Saturday, January 14, 2012
Stitch of the Week: Chain Stitch
The Chain stitch is a surface embroidery technique that transfers well to canvas work. It creates a textured or knitted look which is perfect for clothing, stems and trunks of flowers and trees, reins for horses or reindeer. It's also useful for outlining and for creating a spiral filling.
A note before you start stitching: It is very important when doing the chain stitch that you maintain a loose and even tension so that your results are consistent and visually appealing. Chain stitch is started at the top of the canvas and proceeds straight down.
When you begin stitching, bring the thread to the front of the canvas and hold it down with the left hand, forming a loop before bringing it to the back side of the canvas through the original hole. Do not pull the thread all the way through. There should be a loop on the front side of the canvas. Re-emerge to the front side of the canvas two to three horizontal threads below your original hole. Then bring your needle up and over the working thread, forming another loop on the front side of the canvas before returning to the backside through the same hole. Repeat.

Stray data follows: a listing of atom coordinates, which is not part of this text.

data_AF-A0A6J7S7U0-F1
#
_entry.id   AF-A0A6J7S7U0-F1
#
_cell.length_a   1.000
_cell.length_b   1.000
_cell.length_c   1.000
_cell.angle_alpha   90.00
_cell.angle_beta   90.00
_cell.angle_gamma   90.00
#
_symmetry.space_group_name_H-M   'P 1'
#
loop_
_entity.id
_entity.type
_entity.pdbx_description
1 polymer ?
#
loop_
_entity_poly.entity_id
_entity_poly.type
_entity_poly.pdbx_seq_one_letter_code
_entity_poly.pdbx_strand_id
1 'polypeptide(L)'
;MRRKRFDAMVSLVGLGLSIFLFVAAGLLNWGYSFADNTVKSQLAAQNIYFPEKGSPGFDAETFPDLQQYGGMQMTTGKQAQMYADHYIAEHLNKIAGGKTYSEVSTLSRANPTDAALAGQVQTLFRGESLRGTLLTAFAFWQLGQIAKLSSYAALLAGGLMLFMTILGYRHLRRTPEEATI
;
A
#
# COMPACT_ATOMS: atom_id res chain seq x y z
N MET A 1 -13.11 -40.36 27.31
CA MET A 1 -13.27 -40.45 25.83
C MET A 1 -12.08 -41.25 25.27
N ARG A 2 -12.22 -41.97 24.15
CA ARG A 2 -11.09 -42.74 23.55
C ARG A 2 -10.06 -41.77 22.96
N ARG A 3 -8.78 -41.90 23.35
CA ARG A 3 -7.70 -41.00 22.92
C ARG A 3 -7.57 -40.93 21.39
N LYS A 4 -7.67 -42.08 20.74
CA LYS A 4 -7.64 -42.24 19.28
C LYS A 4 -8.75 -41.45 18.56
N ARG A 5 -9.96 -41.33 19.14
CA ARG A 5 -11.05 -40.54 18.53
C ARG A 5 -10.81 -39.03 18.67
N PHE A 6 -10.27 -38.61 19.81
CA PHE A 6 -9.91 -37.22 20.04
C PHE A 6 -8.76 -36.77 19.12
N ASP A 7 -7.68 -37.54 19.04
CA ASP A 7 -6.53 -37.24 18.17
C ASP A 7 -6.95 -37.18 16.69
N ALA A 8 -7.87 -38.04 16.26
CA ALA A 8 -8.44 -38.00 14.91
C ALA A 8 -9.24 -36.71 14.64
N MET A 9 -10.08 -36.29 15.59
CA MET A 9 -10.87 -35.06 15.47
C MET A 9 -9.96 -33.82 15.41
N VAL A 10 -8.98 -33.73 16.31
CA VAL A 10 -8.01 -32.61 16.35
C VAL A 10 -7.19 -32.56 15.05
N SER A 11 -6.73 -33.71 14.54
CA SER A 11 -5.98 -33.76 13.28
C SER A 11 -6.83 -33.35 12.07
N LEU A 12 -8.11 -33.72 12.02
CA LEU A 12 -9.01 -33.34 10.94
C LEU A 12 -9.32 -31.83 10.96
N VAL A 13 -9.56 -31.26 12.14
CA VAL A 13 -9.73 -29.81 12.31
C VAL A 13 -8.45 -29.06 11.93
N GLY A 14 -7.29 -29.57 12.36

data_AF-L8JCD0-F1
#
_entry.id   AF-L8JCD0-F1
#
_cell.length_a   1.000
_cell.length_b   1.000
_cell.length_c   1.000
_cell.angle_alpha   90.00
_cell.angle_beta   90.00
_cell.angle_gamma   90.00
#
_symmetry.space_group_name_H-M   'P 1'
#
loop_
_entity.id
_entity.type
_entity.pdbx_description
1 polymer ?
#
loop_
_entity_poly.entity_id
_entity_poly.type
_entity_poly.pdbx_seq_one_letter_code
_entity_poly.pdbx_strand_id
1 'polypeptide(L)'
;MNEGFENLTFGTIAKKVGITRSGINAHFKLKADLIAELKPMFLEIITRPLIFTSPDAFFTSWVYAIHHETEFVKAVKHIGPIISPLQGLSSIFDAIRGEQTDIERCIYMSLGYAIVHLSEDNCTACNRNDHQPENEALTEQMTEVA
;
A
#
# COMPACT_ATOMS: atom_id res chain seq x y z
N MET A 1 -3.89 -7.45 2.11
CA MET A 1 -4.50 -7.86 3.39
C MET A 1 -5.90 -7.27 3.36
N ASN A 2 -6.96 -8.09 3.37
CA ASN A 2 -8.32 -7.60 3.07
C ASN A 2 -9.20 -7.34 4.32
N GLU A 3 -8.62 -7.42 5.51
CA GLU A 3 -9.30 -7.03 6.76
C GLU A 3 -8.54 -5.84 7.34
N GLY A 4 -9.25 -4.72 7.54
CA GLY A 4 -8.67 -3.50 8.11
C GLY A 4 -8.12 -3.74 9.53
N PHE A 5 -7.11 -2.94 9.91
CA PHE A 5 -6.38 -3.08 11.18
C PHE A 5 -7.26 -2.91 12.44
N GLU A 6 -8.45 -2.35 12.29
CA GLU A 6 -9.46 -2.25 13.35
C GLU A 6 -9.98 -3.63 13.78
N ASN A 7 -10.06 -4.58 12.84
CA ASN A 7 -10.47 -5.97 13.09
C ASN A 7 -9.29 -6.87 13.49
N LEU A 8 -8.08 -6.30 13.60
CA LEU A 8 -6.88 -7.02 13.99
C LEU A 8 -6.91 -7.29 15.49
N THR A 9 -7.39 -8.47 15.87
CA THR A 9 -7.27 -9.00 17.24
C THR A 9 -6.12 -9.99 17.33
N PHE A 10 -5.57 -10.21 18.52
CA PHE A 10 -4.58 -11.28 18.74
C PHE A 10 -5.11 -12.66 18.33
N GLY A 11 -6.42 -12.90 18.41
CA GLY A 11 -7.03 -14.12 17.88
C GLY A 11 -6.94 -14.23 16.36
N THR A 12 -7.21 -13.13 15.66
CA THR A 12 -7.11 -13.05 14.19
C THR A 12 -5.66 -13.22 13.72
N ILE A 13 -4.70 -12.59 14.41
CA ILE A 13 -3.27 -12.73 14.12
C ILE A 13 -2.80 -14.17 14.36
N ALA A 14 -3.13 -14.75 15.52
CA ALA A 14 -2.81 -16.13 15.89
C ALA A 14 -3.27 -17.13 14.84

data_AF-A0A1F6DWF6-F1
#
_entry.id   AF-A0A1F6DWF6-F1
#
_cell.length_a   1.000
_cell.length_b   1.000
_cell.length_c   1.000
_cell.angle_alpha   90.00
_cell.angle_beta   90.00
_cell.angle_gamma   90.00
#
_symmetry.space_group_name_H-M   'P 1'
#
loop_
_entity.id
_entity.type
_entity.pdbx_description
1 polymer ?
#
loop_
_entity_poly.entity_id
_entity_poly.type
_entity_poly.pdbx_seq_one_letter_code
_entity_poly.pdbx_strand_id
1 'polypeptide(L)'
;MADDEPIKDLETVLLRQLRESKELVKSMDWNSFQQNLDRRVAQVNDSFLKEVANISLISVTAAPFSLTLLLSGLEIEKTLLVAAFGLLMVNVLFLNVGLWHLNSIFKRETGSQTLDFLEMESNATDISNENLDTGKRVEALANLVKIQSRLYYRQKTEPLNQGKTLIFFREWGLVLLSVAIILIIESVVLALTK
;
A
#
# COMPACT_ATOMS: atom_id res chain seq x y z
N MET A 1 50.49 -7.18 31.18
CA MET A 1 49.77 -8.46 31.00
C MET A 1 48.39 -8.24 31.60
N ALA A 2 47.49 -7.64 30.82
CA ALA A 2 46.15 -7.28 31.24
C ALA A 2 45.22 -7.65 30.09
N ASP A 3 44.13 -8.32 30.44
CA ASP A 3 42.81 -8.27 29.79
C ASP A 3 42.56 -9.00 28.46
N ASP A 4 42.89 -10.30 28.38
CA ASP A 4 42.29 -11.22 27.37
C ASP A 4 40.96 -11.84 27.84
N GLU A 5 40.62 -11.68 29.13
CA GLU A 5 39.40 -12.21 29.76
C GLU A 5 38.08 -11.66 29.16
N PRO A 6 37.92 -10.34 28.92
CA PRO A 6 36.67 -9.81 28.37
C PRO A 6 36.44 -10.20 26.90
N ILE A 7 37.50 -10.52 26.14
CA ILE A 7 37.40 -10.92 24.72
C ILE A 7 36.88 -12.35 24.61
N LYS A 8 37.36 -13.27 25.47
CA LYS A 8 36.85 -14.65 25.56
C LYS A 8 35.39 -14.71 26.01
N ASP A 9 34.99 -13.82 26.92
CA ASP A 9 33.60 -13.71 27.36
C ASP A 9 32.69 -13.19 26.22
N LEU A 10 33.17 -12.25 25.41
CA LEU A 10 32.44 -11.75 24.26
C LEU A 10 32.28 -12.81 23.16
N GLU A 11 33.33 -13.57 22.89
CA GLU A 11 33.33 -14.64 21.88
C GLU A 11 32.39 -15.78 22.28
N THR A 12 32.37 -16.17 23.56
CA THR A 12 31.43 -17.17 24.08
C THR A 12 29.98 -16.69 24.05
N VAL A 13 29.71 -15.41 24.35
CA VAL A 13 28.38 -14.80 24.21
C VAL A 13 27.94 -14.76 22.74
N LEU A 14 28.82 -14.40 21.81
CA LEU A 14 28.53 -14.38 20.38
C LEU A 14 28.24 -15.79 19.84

This stitch is very diverse, and has a few great variations that you can try.
One variation is the Long tailed chain. It is an attractive filling stitch that is started at the top left hand corner and is worked diagonally down and to the right. The main element is worked over two horizontal threads. Tie down the stitch over six horizontal threads. The next stitch is dropped down two horizontal threads and one vertical thread to the right.
Another variation is the Detached chain. A half drop space of four vertical canvas threads is left between individual stitches in a row when they are worked horizontally across the canvas and the stitches in the following row fit exactly between those of the previous row (with a drop of one half the length of the stitch).
I hope you enjoy trying this stitch out. If you try it in one of your projects, send us a photo. We would love to see it!